Without taking time to go into detail here - among the many issues I have with his work is that he assumes that the motive behind inquiries such as mine (and Dunn's - even yours) - is to demonstrate historical reliability. That is, that the primary purpose of memory research/orality studies is to argue that we have old, reliable material. While I may indeed conclude that the Synoptics are in a position to convey accurate 'history' - that was not, and is still not, my goal for working through the JT through the lens of oral tradition/etc. (cf. my _Oral Tradition and Literary Dependency_). His assessment of the work of 'our' work misses the intended purpose of what (you?) have intended.

    I will be deconstructing Foster's argument in more detail as I am currently working on this material for my forthcoming IVPAcademic book on the origins of the JT...

    Peace- and I look forward to seeing the both of you at the next conference or similar venue.

    1. Terence, thanks for your comment. I wish it were otherwise, but I have often wondered myself if people (whether Foster or not) are responding to what they assume we're up to rather than what we say we're up to.

  4. Chris, I'd like to emphasize that I'm a nice guy, and that my dog would like me if I had a dog. But Foster's article gets worse each time I read it. I'm thinking of Mark Twain's comment about the operas of Wagner, that they're not as bad as they sound. There's probably some depth and wisdom in Foster's analysis of "The Remembered Jesus" that I'm failing to catch.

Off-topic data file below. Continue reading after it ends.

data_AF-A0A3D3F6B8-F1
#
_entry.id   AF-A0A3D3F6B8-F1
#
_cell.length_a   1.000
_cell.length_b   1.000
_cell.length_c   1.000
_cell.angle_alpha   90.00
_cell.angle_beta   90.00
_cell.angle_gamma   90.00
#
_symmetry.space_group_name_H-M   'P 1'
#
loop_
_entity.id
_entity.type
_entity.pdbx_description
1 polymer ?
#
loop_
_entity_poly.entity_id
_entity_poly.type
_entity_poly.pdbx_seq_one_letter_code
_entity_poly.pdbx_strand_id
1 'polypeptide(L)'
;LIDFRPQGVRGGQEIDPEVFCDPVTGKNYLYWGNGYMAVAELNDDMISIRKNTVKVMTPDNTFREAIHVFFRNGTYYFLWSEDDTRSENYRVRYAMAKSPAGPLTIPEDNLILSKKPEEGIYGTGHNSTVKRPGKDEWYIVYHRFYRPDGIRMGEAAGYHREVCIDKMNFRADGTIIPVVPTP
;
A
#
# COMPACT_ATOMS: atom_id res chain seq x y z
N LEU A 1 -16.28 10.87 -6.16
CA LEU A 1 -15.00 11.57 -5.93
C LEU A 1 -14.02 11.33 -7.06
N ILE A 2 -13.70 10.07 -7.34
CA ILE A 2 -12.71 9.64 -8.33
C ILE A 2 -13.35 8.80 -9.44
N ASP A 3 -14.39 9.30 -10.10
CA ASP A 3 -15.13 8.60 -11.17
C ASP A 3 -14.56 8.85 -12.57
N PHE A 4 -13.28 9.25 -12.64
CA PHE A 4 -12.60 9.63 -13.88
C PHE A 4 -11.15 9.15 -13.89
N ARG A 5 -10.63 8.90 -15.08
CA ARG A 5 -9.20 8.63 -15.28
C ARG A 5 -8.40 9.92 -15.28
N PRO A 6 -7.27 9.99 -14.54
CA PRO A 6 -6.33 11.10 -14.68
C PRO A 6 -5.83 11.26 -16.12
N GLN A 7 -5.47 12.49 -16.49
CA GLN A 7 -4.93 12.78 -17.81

But it seems like he's set up a straw man, not only in his choice of Bauckham, but in his assertion that practitioners of memory-history think they have "reliable access" to HJ. At one point he argues that memory does not give "unadulterated access to an immutable past". Whoever imagined that such access is possible? Or for that matter, who imagines an "immutable past"?

    Foster also argues that the practitioners of memory-history aren't up on the latest results in psychological research. Yet Foster puts forth nothing in his discussion of this research that I didn't already learn by reading Le Donne and Allison. When Foster says (197) that memory provides "no implicit access to the objective reality of past events", doesn't that sound like a quote from Le Donne's "little buch"?

    The oddest business in Foster's article is his claim that the proponents of memory-history have at their disposal "at best a hypothetical assertion" (198). What does this mean? At one point, Foster criticizes Bauckham for proposing a historical model that "is actually unverifiable" (195), as if the problem with Bauckham is that he failed to engage in double-blind studies. I wouldn't be snarky like this, except that Foster later praises the form critics because they applied their theories "to test the formation and historical genealogy of the traditions contained in the Gospels." (198) Test them how?

    On closer reading, Foster might not be criticizing you and Anthony for failing to do lab work. Instead, Foster might be claiming that you don't apply your theories to the texts. Unfortunately, that doesn't make Foster's claim any less preposterous to me. Foster writes that there have been "a few fleeting attempts to apply the hypothesis of social memory to early Christian texts", and he cites one article by Thatcher. I don't know what to say, particularly since Foster has read Allison. Is Allison's book a "fleeting attempt" to understand HJ in light of social memory, or is Foster claiming that Allison's work is based on some other form of memory?